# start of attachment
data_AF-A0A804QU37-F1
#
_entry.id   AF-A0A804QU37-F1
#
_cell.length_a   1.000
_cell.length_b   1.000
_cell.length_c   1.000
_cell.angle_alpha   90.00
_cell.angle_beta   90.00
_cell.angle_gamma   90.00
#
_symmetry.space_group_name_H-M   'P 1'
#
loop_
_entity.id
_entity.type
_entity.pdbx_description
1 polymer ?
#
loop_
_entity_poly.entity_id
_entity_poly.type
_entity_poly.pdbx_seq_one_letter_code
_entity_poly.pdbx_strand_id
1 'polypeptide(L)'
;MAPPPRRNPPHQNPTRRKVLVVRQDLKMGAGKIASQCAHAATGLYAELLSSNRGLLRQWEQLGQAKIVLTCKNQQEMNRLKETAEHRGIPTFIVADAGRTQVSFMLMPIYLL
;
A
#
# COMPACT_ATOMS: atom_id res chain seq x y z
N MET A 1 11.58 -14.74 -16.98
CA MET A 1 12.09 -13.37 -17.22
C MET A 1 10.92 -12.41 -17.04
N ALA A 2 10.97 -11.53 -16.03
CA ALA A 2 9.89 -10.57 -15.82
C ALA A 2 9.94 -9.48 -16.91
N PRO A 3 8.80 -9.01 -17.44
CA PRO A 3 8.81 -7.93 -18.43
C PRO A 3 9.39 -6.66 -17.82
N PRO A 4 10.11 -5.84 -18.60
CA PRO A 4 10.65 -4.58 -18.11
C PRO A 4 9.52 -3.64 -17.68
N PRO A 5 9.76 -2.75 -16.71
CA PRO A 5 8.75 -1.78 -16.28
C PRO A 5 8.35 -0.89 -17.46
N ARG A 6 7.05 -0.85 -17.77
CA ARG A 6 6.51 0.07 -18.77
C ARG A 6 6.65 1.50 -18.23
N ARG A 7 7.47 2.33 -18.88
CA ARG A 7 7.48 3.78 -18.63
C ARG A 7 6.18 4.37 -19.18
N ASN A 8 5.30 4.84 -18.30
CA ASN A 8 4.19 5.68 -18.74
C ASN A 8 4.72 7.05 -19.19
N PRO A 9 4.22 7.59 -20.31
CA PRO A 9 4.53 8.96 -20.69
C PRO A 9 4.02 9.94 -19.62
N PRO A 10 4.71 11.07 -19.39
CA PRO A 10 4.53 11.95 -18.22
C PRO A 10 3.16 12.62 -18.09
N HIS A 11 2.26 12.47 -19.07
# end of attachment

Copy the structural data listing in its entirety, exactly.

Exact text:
data_AF-A0A804QU37-F1
#
_entry.id   AF-A0A804QU37-F1
#
_cell.length_a   1.000
_cell.length_b   1.000
_cell.length_c   1.000
_cell.angle_alpha   90.00
_cell.angle_beta   90.00
_cell.angle_gamma   90.00
#
_symmetry.space_group_name_H-M   'P 1'
#
loop_
_entity.id
_entity.type
_entity.pdbx_description
1 polymer ?
#
loop_
_entity_poly.entity_id
_entity_poly.type
_entity_poly.pdbx_seq_one_letter_code
_entity_poly.pdbx_strand_id
1 'polypeptide(L)'
;MAPPPRRNPPHQNPTRRKVLVVRQDLKMGAGKIASQCAHAATGLYAELLSSNRGLLRQWEQLGQAKIVLTCKNQQEMNRLKETAEHRGIPTFIVADAGRTQVSFMLMPIYLL
;
A
#
# COMPACT_ATOMS: atom_id res chain seq x y z
N MET A 1 11.58 -14.74 -16.98
CA MET A 1 12.09 -13.37 -17.22
C MET A 1 10.92 -12.41 -17.04
N ALA A 2 10.97 -11.53 -16.03
CA ALA A 2 9.89 -10.57 -15.82
C ALA A 2 9.94 -9.48 -16.91
N PRO A 3 8.80 -9.01 -17.44
CA PRO A 3 8.81 -7.93 -18.43
C PRO A 3 9.39 -6.66 -17.82
N PRO A 4 10.11 -5.84 -18.60
CA PRO A 4 10.65 -4.58 -18.11
C PRO A 4 9.52 -3.64 -17.68
N PRO A 5 9.76 -2.75 -16.71
CA PRO A 5 8.75 -1.78 -16.28
C PRO A 5 8.35 -0.89 -17.46
N ARG A 6 7.05 -0.85 -17.77
CA ARG A 6 6.51 0.07 -18.77
C ARG A 6 6.65 1.50 -18.23
N ARG A 7 7.47 2.33 -18.88
CA ARG A 7 7.48 3.78 -18.63
C ARG A 7 6.18 4.37 -19.18
N ASN A 8 5.30 4.84 -18.30
CA ASN A 8 4.19 5.68 -18.74
C ASN A 8 4.72 7.05 -19.19
N PRO A 9 4.22 7.59 -20.31
CA PRO A 9 4.53 8.96 -20.69
C PRO A 9 4.02 9.94 -19.62
N PRO A 10 4.71 11.07 -19.39
CA PRO A 10 4.53 11.95 -18.22
C PRO A 10 3.16 12.62 -18.09
N HIS A 11 2.26 12.47 -19.07